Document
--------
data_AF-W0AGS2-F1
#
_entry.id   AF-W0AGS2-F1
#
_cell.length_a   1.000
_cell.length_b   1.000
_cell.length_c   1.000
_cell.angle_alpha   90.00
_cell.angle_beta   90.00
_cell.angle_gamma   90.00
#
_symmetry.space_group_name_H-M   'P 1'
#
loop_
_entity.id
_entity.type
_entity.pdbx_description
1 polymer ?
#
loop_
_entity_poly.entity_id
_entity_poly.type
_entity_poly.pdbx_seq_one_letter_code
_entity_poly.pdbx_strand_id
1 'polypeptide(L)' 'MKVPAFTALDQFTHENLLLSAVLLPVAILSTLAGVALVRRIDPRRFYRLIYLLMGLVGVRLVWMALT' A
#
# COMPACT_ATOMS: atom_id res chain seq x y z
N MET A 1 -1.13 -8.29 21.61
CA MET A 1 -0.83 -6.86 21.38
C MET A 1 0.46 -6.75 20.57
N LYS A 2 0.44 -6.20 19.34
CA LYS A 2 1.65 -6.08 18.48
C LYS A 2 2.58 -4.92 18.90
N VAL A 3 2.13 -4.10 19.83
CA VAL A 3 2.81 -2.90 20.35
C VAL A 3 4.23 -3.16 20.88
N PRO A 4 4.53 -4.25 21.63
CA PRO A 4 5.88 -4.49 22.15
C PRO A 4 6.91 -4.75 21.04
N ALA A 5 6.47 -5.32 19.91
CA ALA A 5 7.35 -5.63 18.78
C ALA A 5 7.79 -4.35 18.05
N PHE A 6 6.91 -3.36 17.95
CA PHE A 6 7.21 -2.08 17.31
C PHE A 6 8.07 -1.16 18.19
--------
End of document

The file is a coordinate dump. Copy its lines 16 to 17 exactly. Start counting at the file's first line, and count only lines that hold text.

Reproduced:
_entity.type
_entity.pdbx_description